Bastian Seidel, Jo Palmer elected to Tasmania’s Legislative Council

Incoming Rosevears Liberal MLC Jo Palmer and her husband Andrew Palmer.
 Incoming Rosevears Liberal MLC Jo Palmer and her husband Andrew Palmer.

Former television newsreader Jo Palmer has been elected to Tasmanian Parliament with a wafer-thin margin.

Ms Palmer went into Tuesday’s count for the upper house election in Rosevears with a lead of 2577 primary votes ahead of independent candidate Janie Finlay.

In the end, just 260 votes separated them.

This means Ms Palmer will take a seat on plush red couches in the Legislative Council at the end of the month.

She said she was on the school pick-up run when word came in that she would serve the Rosevears electorate for the next six years.

“The last few hours were pretty tense, and I’ll tell you, there were a few tears when the official results came in,” she said.

“It is really nerve-racking. I never understood until now what candidates actually go through.

With the result officially in, Ms Palmer said she was keen to get to work.

“I think what the people of Rosevears want is someone who is going to be knocking on their door every day of every year, not just during an election campaign,” she said.

“I will always listen to my electorate … but I’m very respectful of the fact that I am part of a team.”

Premier Peter Gutwein said Ms Palmer would be an outstanding member of Parliament.

“She works hard, she’s diligent, and most importantly, she’s kind,” he said.

“I do also want to offer my condolences to Janie Finlay. She ran a hard and determined campaign, but unfortunately she wasn’t successful this time around.”


With the margin only coming down to a mere 260 votes, Ms Finlay said she was proud of the election result she delivered and was grateful for the support she had from the community.

“Throughout my campaign I have learned lots and met lots of great people,” she said.

Ms Finlay said she loved getting to know her fellow Rosevears candidates and learning more about what they love about the electorate.

She said for now she planned to put another log on the fire and spend time with her family and friends.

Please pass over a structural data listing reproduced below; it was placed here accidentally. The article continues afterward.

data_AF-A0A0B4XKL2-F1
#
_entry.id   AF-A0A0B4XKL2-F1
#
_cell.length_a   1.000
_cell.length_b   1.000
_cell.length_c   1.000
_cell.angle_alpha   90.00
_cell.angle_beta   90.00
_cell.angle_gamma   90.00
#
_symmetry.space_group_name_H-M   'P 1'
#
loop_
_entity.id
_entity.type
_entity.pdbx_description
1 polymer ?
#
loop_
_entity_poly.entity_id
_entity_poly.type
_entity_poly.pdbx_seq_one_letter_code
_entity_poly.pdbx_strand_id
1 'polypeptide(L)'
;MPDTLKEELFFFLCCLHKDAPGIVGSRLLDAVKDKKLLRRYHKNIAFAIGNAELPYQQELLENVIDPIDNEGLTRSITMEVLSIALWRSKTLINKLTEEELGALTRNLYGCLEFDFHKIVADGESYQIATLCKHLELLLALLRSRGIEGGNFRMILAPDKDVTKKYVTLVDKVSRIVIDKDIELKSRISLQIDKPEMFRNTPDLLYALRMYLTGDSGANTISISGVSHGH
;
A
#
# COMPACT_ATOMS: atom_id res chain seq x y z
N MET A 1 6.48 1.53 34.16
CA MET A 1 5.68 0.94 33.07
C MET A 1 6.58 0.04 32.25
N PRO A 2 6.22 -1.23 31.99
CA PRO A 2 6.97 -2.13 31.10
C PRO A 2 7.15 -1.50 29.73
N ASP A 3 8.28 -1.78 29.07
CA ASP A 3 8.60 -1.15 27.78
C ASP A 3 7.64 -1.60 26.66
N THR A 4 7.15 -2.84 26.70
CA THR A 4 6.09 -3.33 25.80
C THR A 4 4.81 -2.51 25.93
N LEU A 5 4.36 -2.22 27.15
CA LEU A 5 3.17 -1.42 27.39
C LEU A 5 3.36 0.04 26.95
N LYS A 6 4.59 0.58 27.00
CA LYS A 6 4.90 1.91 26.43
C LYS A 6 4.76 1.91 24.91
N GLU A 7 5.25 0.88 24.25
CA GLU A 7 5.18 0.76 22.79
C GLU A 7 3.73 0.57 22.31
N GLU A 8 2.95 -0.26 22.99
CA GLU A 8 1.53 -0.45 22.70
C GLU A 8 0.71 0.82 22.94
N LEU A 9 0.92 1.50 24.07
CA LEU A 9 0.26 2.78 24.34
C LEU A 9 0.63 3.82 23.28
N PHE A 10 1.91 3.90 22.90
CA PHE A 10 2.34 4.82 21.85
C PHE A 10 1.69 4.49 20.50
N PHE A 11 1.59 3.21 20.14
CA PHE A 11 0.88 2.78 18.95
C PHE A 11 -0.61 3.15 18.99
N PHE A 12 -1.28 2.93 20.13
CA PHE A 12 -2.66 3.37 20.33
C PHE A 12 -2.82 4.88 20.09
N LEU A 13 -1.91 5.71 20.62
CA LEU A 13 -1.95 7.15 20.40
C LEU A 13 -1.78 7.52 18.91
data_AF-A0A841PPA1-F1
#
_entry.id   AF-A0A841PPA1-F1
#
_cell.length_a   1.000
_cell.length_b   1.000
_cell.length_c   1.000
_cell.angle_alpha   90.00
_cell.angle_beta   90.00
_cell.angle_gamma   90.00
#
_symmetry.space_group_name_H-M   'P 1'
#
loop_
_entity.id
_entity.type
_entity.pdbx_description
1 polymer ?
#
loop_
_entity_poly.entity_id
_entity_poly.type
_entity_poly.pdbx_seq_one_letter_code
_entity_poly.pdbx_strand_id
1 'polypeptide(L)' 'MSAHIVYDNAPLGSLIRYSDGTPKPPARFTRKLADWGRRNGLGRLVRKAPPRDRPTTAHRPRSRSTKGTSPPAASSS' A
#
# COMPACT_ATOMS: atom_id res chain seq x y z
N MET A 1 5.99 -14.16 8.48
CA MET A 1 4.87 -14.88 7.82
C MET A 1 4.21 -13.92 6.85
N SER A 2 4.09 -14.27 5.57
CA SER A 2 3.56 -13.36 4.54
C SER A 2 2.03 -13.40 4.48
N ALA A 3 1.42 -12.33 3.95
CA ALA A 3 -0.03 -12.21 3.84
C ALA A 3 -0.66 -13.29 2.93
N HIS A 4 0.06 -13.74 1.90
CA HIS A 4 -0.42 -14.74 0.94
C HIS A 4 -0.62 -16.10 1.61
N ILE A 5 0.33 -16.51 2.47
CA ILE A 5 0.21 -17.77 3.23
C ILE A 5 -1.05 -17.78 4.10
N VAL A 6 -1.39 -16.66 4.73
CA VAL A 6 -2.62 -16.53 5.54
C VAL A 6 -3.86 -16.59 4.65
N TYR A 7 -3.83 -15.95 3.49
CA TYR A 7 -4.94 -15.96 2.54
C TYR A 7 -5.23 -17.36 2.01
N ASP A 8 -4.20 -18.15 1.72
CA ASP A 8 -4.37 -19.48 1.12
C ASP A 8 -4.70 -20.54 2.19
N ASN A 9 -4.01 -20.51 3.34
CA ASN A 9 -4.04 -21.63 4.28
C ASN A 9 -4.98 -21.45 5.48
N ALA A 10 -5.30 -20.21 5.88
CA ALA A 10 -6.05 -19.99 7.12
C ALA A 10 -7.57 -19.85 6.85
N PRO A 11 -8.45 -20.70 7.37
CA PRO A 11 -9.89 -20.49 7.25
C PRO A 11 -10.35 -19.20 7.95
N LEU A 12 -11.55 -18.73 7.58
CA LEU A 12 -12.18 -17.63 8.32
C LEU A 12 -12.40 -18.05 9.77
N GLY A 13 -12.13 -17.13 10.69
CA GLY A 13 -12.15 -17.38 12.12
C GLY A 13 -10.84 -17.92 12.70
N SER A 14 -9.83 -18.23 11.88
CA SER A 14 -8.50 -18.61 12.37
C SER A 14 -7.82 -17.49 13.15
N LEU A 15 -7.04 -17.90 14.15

“Right now, my focus is completely on soaking up all that I have achieved over the past year and being grateful for my family, friends and community who have been with me every step of the way,” Ms Finlay said.


At the start of the preference cut-up on Tuesday, Ms Palmer had won 41.5 per cent of primary votes and Ms Finlay had won 30.3 per cent.

Labor candidate Jess Greene won 9 per cent of all first-preference votes and Greens candidate Jack Davenport had won 7.4 per cent.

Independent candidate David Fry won 8.3 per cent of all primary votes and independent candidate Vivienne Gale won 3.3 per cent.

Ms Finlay picked up 302 votes and Ms Palmer picked up 122 votes once Ms Gale was excluded.

Ms Finlay gained more ground when Mr Davenport’s votes were distributed, winning 631 of them to Ms Palmer’s 139.

Ms Greene scored 784 votes.

The election’s outcome was not made any more clearer once Mr Fry’s votes were distributed.

A former Liberal MHA, it was thought that a majority of his votes could flow on to Ms Palmer, however, more than half went to Ms Finlay.

Even though Ms Finlay received 1014 of these votes compared to 954 to Ms Palmer, the Liberal candidate still lead her closest rival by 1835 votes.

With three candidates left in the race, it emerged that Ms Finlay would need almost 80 per cent of the votes from the Labor election candidate to win.

As was expected, a majority of Ms Greene’s votes went against Ms Palmer.

Ms Finlay received 2370 votes and Ms Palmer received 795 which was just enough for the Liberal candidate to secure the win.


Labor candidate Bastian Seidel has been elected in as the upper house member for Huon, ousting independent incumbent Robert Armstrong.

Mr Seidel won 57.3 per cent of all votes and Mr Armstrong won 42.7 per cent.

Labor’s David O’Byrne said the Legislative Council would continue to be a house of review even though a majority of the chamber was aligned with the state’s two major political parties.

“At the end of the day, the people of Tasmania have voted and decided who they want to represent them in the upper house,” he said.

“Individual members, regardless of whether they are in a party or not, have the ability to introduce legislation.”